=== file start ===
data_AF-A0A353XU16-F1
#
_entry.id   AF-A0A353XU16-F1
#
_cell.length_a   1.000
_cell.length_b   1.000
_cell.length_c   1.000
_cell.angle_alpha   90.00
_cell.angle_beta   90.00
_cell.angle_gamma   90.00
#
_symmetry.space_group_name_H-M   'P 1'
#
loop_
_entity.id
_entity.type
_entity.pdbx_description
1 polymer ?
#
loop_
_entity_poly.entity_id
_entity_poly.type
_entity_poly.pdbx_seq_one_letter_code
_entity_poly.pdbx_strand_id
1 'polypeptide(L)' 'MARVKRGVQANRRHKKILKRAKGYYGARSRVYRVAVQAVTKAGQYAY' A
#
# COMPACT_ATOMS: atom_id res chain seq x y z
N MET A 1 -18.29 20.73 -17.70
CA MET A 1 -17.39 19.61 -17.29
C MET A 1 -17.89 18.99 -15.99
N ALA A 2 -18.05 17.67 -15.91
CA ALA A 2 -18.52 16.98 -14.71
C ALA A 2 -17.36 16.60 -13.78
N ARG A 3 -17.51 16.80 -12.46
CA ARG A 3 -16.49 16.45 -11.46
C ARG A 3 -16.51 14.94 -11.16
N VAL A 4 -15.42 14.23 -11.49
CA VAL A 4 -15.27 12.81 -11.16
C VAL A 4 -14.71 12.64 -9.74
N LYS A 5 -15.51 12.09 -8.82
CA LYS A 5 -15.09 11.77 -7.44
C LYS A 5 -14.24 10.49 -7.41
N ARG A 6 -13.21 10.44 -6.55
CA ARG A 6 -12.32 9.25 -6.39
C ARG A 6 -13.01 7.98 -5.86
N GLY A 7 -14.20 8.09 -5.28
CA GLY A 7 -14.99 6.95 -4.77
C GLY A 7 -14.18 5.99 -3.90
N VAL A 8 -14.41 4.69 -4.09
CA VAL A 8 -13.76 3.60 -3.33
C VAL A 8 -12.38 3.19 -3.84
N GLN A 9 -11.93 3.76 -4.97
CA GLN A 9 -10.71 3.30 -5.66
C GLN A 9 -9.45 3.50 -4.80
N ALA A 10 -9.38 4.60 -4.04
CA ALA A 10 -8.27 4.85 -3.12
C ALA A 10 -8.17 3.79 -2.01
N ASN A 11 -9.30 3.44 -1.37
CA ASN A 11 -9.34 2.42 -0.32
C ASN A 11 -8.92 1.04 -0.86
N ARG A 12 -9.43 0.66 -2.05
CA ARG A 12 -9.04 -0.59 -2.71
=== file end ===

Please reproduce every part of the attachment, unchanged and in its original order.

data_AF-A0A353XU16-F1
#
_entry.id   AF-A0A353XU16-F1
#
_cell.length_a   1.000
_cell.length_b   1.000
_cell.length_c   1.000
_cell.angle_alpha   90.00
_cell.angle_beta   90.00
_cell.angle_gamma   90.00
#
_symmetry.space_group_name_H-M   'P 1'
#
loop_
_entity.id
_entity.type
_entity.pdbx_description
1 polymer ?
#
loop_
_entity_poly.entity_id
_entity_poly.type
_entity_poly.pdbx_seq_one_letter_code
_entity_poly.pdbx_strand_id
1 'polypeptide(L)' 'MARVKRGVQANRRHKKILKRAKGYYGARSRVYRVAVQAVTKAGQYAY' A
#
# COMPACT_ATOMS: atom_id res chain seq x y z
N MET A 1 -18.29 20.73 -17.70
CA MET A 1 -17.39 19.61 -17.29
C MET A 1 -17.89 18.99 -15.99
N ALA A 2 -18.05 17.67 -15.91
CA ALA A 2 -18.52 16.98 -14.71
C ALA A 2 -17.36 16.60 -13.78
N ARG A 3 -17.51 16.80 -12.46
CA ARG A 3 -16.49 16.45 -11.46
C ARG A 3 -16.51 14.94 -11.16
N VAL A 4 -15.42 14.23 -11.49
CA VAL A 4 -15.27 12.81 -11.16
C VAL A 4 -14.71 12.64 -9.74
N LYS A 5 -15.51 12.09 -8.82
CA LYS A 5 -15.09 11.77 -7.44
C LYS A 5 -14.24 10.49 -7.41
N ARG A 6 -13.21 10.44 -6.55
CA ARG A 6 -12.32 9.25 -6.39
C ARG A 6 -13.01 7.98 -5.86
N GLY A 7 -14.20 8.09 -5.28
CA GLY A 7 -14.99 6.95 -4.77
C GLY A 7 -14.18 5.99 -3.90
N VAL A 8 -14.41 4.69 -4.09
CA VAL A 8 -13.76 3.60 -3.33
C VAL A 8 -12.38 3.19 -3.84
N GLN A 9 -11.93 3.76 -4.97
CA GLN A 9 -10.71 3.30 -5.66
C GLN A 9 -9.45 3.50 -4.80
N ALA A 10 -9.38 4.60 -4.04
CA ALA A 10 -8.27 4.85 -3.12
C ALA A 10 -8.17 3.79 -2.01
N ASN A 11 -9.30 3.44 -1.37
CA ASN A 11 -9.34 2.42 -0.32
C ASN A 11 -8.92 1.04 -0.86
N ARG A 12 -9.43 0.66 -2.05
CA ARG A 12 -9.04 -0.59 -2.71